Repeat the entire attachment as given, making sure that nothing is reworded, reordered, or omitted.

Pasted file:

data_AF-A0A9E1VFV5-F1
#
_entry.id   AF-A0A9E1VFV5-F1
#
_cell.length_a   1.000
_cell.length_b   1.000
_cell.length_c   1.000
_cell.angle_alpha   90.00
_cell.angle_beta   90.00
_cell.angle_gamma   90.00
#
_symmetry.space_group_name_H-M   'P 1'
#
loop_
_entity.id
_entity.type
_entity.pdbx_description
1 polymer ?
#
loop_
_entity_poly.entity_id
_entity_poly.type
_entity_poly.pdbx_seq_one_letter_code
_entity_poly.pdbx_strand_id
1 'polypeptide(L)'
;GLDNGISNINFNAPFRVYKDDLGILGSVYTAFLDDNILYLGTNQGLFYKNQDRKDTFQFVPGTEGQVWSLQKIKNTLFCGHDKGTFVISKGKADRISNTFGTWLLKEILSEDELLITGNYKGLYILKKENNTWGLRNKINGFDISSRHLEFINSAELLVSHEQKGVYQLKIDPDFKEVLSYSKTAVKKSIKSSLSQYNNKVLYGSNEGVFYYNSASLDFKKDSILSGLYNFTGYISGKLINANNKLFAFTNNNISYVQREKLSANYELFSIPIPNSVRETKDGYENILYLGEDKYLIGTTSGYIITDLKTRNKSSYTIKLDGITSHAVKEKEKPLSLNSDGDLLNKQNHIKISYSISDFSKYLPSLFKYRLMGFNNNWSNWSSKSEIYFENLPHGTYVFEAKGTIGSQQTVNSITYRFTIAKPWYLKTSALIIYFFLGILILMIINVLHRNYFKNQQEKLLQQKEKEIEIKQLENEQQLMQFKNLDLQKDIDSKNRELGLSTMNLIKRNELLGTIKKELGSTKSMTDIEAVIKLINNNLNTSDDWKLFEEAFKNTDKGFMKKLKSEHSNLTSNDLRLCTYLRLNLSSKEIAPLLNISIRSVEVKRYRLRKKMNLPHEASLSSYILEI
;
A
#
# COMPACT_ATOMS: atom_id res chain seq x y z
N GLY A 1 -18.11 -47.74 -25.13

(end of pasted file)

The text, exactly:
data_AF-A0A9E1VFV5-F1
#
_entry.id   AF-A0A9E1VFV5-F1
#
_cell.length_a   1.000
_cell.length_b   1.000
_cell.length_c   1.000
_cell.angle_alpha   90.00
_cell.angle_beta   90.00
_cell.angle_gamma   90.00
#
_symmetry.space_group_name_H-M   'P 1'
#
loop_
_entity.id
_entity.type
_entity.pdbx_description
1 polymer ?
#
loop_
_entity_poly.entity_id
_entity_poly.type
_entity_poly.pdbx_seq_one_letter_code
_entity_poly.pdbx_strand_id
1 'polypeptide(L)'
;GLDNGISNINFNAPFRVYKDDLGILGSVYTAFLDDNILYLGTNQGLFYKNQDRKDTFQFVPGTEGQVWSLQKIKNTLFCGHDKGTFVISKGKADRISNTFGTWLLKEILSEDELLITGNYKGLYILKKENNTWGLRNKINGFDISSRHLEFINSAELLVSHEQKGVYQLKIDPDFKEVLSYSKTAVKKSIKSSLSQYNNKVLYGSNEGVFYYNSASLDFKKDSILSGLYNFTGYISGKLINANNKLFAFTNNNISYVQREKLSANYELFSIPIPNSVRETKDGYENILYLGEDKYLIGTTSGYIITDLKTRNKSSYTIKLDGITSHAVKEKEKPLSLNSDGDLLNKQNHIKISYSISDFSKYLPSLFKYRLMGFNNNWSNWSSKSEIYFENLPHGTYVFEAKGTIGSQQTVNSITYRFTIAKPWYLKTSALIIYFFLGILILMIINVLHRNYFKNQQEKLLQQKEKEIEIKQLENEQQLMQFKNLDLQKDIDSKNRELGLSTMNLIKRNELLGTIKKELGSTKSMTDIEAVIKLINNNLNTSDDWKLFEEAFKNTDKGFMKKLKSEHSNLTSNDLRLCTYLRLNLSSKEIAPLLNISIRSVEVKRYRLRKKMNLPHEASLSSYILEI
;
A
#
# COMPACT_ATOMS: atom_id res chain seq x y z
N GLY A 1 -18.11 -47.74 -25.13